SARAH GREEN CARMICHAEL: So, I’m imagining that there are some people nonetheless who are listening and thinking, you know, this is all about millennials wanting to have everything; in my day we just sucked it up and did it. Do you ever sort of hear pushback from managers that this is like, you know, part of like going through this process, everyone has been through this. It is painful, but it’s what you have to do to get ahead?

JENNIFER PETRIGLIERI: All the time. And what I would do say to them is they are missing out on talent. So, there is a very interesting trend in organizations now where the managers — see the managers who was saying that are people, I can guarantee who have a stay-at-home spouse or who have a spouse who very much has the trailing role, I can guarantee it. But this a very strong trend in organizations now where managers who get this issue and are really supporting it are doing what I call talent hoarding. And so, when I talked to talented people, especially in big organizations who, you know, sometimes there’s a choice between roles, there’s an informal network which where people communicate, oh, this person is great, he or she really gets it. They’re super supportive. This person, don’t go and work for them if it’s the last choice in the organization. And so, what is happening in organizations is those, there’s, of course, it’s not just a war for talent between organizations. There’s a war for talent within organizations. And if you’re a manager who has that attitude that people should just suck it up and do what I did, I can guarantee you are going to lose the internal war for talent. And we can see this very strongly because those people winning that internal war for talent are people who may themselves have had stay-at-home spouses or come from this unbounded talent, but they’re people who have taken the time to really understand the issue and try and accommodate it.

SARAH GREEN CARMICHAEL: Now, the people that you talked to and interviewed for this, you talked to couples, you talked to people in HR. I’m wondering — managers — I’m wondering if there is someone you talked to who had kind of been on both sides of this. They were part of a couple who dealt with this, but then now they’re also managing other couples who are dealing with this, too.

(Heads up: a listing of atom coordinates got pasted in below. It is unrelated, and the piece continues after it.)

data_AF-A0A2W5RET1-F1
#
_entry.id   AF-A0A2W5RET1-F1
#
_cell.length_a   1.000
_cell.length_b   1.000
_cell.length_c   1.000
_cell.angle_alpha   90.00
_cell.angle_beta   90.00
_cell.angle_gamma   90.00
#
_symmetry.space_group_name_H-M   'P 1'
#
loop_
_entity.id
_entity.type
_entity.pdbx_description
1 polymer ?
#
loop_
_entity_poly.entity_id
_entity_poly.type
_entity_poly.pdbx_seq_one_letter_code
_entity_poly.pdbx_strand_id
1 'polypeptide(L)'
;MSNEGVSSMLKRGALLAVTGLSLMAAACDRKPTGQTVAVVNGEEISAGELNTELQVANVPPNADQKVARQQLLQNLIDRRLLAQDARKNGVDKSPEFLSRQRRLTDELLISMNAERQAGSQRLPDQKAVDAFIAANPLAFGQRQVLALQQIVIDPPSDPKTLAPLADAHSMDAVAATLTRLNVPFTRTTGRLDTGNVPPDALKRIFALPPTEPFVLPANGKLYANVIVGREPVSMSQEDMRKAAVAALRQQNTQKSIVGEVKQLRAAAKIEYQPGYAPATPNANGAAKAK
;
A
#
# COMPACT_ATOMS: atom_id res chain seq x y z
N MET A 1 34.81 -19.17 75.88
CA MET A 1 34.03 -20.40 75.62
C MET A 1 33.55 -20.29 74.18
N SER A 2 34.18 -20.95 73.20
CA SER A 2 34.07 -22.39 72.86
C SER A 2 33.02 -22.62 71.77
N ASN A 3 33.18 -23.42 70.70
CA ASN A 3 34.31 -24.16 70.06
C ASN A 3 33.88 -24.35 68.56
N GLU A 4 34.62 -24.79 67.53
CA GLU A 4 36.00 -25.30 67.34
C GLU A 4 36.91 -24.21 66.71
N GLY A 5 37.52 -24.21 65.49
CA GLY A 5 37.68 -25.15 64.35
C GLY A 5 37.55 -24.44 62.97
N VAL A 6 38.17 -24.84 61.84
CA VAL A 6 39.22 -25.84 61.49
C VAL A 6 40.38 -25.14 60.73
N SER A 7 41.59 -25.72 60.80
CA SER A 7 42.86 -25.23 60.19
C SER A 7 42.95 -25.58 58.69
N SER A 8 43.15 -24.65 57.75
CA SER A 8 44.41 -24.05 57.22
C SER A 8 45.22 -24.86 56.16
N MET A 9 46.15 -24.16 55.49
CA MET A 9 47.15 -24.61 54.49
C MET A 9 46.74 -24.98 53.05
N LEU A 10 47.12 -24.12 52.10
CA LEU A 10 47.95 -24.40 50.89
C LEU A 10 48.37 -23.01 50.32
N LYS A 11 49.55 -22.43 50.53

JENNIFER PETRIGLIERI: Many. Many, many. And I think this is what is actually the hope for organizations, is that what’s happening increasingly is the wave of people who are getting into middle and more senior management now have faced these issues themselves, and so it’s easier to manage. And so yeah, this is an increasing trend is that the people who are doing the managing and making the decisions have face this themselves, and that’s where we see this issue starting to ease.

SARAH GREEN CARMICHAEL: Well Jen, I’m glad to know that it’s getting better.

JENNIFER PETRIGLIERI: Thank you. I know; me too.

SARAH GREEN CARMICHAEL: That’s Jennifer Petriglieri. She’s an assistant professor of organizational behavior at INSEAD. And she’s the author of the article “Talent Management and the Dual-Career Couple.” Read it in the May–June 2018 issue of Harvard Business Review or on HBR.org.

Our show’s produced by Amanda Kersey and Curt Nickisch. Adam Buchholz is our audio product manager. And we get technical and production help from Rob Eckhardt.